What a lackluster conclusion. There’s actually a bunch of good stuff, including a triplicated Jodie Whittaker they should’ve been doing since the cliffhanger on the first episode. Still, as the finish to “Doctor Who vs. The Flux,” it’s minimally successful.
The resolution with rubber mask supervillains Sam Spruell and Rochenda Sandall is lousy, and then the hook is exactly what you’d expect anyway. It’s Whittaker’s last season as the Doctor, and of course, the villains know to threaten her with not being regenerated. They’ve been doing it since David Tennant was on the show. It’s been ten years of it. Blah.
There’s some really good stuff with guest star Jemma Redgrave, who hasn’t been on since Peter Capaldi. She and Whittaker have excellent chemistry—when the episode beats Bechdel, it beats Bechdel—only it’s Whittaker’s farewell lap. Maybe they should’ve introduced Redgrave earlier. In Whittaker’s reign, not in this season. Though, in this season too. They could’ve halved this “event” and had something.
There’s some good stuff with John Bishop, who just needed character development away from Whittaker to get into the right zone as a companion. Mandip Gill has decent material throughout until to have a thankless conclusion.
The “Flux”-specific companions all get some final arcs and farewells, with Craige Els, Jacob Anderson, and Thaddea Graham set for an obnoxious spin-off. The good work is from Kevin McNally and Annabel Scholey, who get thankless conclusions too. Scholey’s finish doesn’t even make sense for the timeline, but, whatever most of the universe is destroyed, so does it really matter.
The Sontaran villains are only good compared to Craig Parkinson as the pointless guest human villain. There are way too many qualifications on a way too long, way too thin storyline. Especially since the deus ex machina gives way to an even more effective deus ex machina, they could’ve obviously used. It’s terrible plotting from writer Chris Chibnall, who wasted full episodes of the season on nonsense.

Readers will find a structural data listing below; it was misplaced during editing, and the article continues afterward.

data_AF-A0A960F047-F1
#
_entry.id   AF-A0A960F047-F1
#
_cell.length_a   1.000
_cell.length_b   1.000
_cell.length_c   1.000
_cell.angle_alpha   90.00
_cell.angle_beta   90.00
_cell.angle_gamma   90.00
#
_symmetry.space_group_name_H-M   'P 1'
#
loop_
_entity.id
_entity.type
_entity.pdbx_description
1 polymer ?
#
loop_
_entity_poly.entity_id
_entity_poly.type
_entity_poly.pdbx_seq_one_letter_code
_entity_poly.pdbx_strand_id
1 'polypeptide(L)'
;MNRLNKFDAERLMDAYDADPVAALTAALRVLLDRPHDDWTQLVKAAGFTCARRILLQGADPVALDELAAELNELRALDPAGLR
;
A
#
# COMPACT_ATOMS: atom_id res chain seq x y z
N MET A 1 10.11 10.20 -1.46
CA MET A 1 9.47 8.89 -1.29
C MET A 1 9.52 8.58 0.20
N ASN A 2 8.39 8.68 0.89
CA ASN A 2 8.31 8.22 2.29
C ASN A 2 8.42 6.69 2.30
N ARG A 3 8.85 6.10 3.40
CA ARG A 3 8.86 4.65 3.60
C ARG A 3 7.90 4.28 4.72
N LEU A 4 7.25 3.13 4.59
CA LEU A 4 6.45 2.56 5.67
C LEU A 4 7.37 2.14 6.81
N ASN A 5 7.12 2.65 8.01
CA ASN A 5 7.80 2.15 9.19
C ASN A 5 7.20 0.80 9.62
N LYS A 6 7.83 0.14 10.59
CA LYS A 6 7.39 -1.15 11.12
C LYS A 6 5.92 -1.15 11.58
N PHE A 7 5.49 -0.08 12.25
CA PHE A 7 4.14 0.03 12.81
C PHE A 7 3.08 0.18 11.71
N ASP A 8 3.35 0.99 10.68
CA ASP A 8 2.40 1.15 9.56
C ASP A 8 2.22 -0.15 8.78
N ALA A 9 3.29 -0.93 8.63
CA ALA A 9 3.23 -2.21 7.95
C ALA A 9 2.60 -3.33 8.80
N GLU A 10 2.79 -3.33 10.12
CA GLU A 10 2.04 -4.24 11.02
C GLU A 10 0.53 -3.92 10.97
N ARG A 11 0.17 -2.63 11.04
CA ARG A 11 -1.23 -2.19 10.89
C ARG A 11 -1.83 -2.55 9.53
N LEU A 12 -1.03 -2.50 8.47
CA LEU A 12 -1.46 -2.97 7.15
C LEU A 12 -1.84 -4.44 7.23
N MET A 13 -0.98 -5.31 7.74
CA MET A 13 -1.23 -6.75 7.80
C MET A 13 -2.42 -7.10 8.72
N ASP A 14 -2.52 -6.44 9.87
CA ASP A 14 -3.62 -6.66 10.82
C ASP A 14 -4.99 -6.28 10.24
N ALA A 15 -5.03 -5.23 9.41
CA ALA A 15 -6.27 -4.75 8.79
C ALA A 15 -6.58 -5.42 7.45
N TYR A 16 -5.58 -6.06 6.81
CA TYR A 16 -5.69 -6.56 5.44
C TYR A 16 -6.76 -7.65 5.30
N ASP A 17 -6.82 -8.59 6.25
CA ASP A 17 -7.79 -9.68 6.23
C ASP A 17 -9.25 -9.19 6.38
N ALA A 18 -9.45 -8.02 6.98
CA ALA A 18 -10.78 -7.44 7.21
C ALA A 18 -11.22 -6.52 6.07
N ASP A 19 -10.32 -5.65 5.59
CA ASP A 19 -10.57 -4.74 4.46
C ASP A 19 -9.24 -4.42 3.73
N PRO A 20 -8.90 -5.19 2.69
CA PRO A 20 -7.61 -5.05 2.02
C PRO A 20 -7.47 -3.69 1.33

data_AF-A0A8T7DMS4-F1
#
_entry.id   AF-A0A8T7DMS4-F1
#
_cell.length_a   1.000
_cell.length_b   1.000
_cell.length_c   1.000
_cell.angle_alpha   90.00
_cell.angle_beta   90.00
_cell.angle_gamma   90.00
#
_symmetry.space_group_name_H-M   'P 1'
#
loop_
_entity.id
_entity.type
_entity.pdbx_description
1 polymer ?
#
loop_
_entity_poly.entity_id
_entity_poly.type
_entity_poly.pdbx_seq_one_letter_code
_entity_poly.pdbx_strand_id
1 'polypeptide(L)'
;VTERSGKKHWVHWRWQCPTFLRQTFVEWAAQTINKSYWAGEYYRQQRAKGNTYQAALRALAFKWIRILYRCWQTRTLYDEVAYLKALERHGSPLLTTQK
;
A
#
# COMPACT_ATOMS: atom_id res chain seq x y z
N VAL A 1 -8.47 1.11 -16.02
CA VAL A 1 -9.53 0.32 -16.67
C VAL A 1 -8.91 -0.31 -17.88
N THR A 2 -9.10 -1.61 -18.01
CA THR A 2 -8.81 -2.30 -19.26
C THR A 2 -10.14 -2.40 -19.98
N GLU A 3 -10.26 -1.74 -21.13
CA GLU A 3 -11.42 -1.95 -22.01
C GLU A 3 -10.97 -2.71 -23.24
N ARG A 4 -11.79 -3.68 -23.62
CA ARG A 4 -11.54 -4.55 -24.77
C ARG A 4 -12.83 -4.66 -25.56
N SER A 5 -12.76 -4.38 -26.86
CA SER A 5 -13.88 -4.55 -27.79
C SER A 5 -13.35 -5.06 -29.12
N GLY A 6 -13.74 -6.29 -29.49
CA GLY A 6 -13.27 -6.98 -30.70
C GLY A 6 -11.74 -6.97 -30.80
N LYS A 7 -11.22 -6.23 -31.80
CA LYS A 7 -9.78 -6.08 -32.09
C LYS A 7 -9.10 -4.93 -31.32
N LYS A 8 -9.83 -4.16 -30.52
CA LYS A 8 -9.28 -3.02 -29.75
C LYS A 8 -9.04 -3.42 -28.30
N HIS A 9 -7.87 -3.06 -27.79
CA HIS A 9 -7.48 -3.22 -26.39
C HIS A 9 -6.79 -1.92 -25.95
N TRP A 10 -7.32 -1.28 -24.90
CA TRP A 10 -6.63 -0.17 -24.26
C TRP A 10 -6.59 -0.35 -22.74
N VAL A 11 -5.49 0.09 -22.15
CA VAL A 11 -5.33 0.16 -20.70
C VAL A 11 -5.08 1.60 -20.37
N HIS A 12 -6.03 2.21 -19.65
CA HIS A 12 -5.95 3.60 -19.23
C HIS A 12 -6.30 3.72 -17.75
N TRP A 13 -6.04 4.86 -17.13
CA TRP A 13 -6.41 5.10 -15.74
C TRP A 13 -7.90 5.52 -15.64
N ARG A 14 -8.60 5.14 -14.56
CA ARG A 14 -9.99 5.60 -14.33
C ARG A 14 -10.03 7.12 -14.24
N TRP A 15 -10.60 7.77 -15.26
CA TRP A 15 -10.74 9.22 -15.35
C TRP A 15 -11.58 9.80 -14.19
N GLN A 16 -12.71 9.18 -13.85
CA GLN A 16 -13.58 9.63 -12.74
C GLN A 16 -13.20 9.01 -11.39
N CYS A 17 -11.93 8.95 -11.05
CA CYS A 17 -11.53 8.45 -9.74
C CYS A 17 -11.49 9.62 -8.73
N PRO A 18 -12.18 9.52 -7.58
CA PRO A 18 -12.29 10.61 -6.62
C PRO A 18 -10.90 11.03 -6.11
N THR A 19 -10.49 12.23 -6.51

A quarter of the episode plays like a Star Wars 1977 homage, like the BBC finally gave “Doctor Who” to do the riff on it they’d been planning since… 1977. There is some decent CGI work, though. Surprisingly good for the show. Even if the green screen compositing is still lousy.
But the three Whittakers—interacting with different sets of companions, friends, and foes in different times—is possibly the best Whittaker has done when it hasn’t been one of her companions holding up the show. It’s a shame it took them until now to figure out what to do with the character. Still, since Doctors Who are always temporary, it’s hard to get any character development going until they face their imminent recasting.
It’s a real shame they wasted so much of Whittaker, Gill, and Bishop’s limited time remaining on this six-part nonsense. Writer and showrunner Chiball stretched an okay three-parter (it’d have been better in two) way too far with way too little reward.